Note: This article is part of the StanGrad series highlighting CSU Stanislaus students who will graduate this spring. Read more StanGrad profiles.
Yuliya Gerasimchuk does not remember a time she didn't want to be a teacher.
Growing up in Donetsk, Ukraine, where she was raised by her grandmother — a high school teacher of Russian languages and literature — the 10-year-old Gerasimchuk would triumphantly correct the essays of her grandmother's students. Turning her sights on students her own age, Gerasimchuk prepared and delivered lectures on every classroom subject, even assigning grades.
About that time, Gerasimchuk discovered a knack for picking up foreign languages. In addition to the Russian and Ukranian languages of her own land, she dived into and gained fluency in English, German and Spanish.
"I witnessed many classrooms where students were paralyzed by the omniscient power of their instructors and could not develop their communicative skills," she said. "My goal is to make the process of language acquisition less painful and more rewarding for my future students."
Gerasimchuk migrated to America seven years ago, graduating with honors from Modesto Junior College while acquiring associate's degrees in English and humanities.
At CSU Stanislaus, she has earned membership in the Phi Kappa Phi honor society and is the English undergraduate program's Outstanding Student this year. She also tutors at the Writing Center.
"Yuliya is quiet and soft-spoken, but really focused and engaged. She really is an amazing talent," said Scott Davis, chair of the Department of English.
Her volunteer work as a translator in an orphanage in Donetsk allowed Gerasimchuk to develop additional empathy for children, and her work with youngsters continues in her role as a Sunday school teacher at a church in Modesto.
This fall, Gerasimchuk will begin graduate studies at CSU Stanislaus, yet she'll always remember the difficult transition of being an immigrant, leaving behind all that was familiar.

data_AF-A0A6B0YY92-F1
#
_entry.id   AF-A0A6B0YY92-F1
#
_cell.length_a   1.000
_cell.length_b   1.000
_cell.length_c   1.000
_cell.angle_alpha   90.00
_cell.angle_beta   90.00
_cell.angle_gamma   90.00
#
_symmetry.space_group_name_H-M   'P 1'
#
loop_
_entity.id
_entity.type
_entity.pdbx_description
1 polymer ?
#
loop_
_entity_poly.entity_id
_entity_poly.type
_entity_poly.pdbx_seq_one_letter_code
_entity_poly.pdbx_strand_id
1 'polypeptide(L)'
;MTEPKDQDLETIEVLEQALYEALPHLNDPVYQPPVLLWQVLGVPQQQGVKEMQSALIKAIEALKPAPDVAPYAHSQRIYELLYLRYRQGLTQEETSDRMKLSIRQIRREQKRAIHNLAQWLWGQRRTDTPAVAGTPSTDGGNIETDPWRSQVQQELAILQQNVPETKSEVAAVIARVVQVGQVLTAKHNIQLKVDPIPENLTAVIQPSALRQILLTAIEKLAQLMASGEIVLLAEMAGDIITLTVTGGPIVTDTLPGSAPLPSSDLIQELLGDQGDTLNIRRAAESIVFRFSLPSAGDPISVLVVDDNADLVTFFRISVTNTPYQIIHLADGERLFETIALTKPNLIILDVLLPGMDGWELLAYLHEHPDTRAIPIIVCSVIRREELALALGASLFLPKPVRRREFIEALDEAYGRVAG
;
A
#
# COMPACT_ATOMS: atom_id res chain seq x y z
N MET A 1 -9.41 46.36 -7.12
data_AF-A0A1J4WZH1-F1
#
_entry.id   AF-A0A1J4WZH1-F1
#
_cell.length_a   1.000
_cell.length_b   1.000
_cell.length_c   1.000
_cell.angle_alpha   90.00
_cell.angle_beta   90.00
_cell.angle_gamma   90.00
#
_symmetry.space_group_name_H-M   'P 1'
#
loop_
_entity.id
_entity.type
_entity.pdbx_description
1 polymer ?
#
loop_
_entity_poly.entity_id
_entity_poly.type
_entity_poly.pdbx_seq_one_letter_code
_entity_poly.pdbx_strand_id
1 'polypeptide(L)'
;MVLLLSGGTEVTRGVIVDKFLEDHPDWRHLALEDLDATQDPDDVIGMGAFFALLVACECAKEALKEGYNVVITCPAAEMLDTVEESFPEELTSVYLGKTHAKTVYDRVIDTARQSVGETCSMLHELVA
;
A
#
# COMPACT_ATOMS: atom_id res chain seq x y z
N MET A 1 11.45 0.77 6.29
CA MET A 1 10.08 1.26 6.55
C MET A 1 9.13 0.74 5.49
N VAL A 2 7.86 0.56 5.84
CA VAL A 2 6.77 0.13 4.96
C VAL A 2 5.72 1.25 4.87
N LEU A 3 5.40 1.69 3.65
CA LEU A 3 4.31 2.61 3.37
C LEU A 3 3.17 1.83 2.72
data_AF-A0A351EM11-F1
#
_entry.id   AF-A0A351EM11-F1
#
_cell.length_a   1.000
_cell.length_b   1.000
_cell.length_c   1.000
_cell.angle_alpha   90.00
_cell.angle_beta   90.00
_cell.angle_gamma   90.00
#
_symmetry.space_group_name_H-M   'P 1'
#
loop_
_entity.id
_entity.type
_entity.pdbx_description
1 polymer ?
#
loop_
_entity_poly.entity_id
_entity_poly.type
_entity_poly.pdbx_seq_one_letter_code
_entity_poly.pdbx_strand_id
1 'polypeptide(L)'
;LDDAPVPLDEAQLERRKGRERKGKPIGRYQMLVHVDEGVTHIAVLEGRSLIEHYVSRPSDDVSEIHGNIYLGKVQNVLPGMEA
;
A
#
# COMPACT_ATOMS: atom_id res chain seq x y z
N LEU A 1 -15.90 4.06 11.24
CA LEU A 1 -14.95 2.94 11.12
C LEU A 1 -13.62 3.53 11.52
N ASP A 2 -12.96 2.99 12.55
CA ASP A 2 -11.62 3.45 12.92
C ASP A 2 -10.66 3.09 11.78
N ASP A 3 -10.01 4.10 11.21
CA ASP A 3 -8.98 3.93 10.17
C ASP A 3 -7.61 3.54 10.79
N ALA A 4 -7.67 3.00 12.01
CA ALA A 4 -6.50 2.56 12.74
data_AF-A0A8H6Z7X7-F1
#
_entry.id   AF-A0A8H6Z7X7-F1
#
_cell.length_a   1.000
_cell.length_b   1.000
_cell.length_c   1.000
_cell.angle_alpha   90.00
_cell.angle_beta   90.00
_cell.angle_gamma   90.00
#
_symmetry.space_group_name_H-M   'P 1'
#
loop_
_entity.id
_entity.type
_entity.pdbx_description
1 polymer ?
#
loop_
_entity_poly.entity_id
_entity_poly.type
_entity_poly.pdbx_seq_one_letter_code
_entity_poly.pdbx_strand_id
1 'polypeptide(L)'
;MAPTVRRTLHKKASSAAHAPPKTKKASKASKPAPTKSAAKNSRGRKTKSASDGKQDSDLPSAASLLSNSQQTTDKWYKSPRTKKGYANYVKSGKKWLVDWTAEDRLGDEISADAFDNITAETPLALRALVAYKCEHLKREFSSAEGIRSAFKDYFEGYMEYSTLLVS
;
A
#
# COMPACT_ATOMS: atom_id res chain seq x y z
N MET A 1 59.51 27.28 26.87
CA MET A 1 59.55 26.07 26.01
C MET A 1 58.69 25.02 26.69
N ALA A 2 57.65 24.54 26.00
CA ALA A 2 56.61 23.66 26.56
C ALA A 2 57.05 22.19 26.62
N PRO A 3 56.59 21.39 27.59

"Looking back at where I started — lost, confused, unsure, and ambiguous about my future and education — I'm amazed to see the progress I've made," she said.
Bachelor of Arts in English,
concentration in TESOL
What memories stand out most from your time at CSU Stanislaus?
"I've had many memorable moments, but tutoring is the brightest among them. Tutoring challenges, raises questions, and sometimes brings disappointment after an unsuccessful session, but it also inspires, reassures and promotes metacognition, reflection and self-growth. I'm grateful for the opportunity to work in the Writing Center before teaching a class of my own because I can learn what works and what does not. What is the most rewarding about being a tutor is seeing students succeed. I'm inspired when they beat the odds and pass a writing proficiency test after multiple unsuccessful attempts. I'm proud when they start fixing the most salient issues in their writing without relying on me. And I'm deeply touched when they develop self-confidence as writers."
Which faculty or staff member had the greatest impact on you, and why?
"The greatest impact on me was made by Professor Don Miller, who demonstrated his unparalleled teaching, elements of which I've readily incorporated into my own teaching philosophy. When I was still insecure and uncertain in my choice of major, he inspired me to believe in myself and move forward with my master's degree. After taking five classes with Professor Miller, I have improved my grammar skills, found my research interest in linguistics, and become a better writer."
What advice would you give to current and future students?
"College years are passing by with dazzling speed, so delve deep into your studies, enjoy your learning process, explore your interests, and take advantage of all the resources available. Do not hesitate to ask for help, whether it be academic or psychological counseling, tutoring or healthcare services. Do not be afraid to seek assistance from your professors; all of them are genuinely interested in helping and seeing you succeed."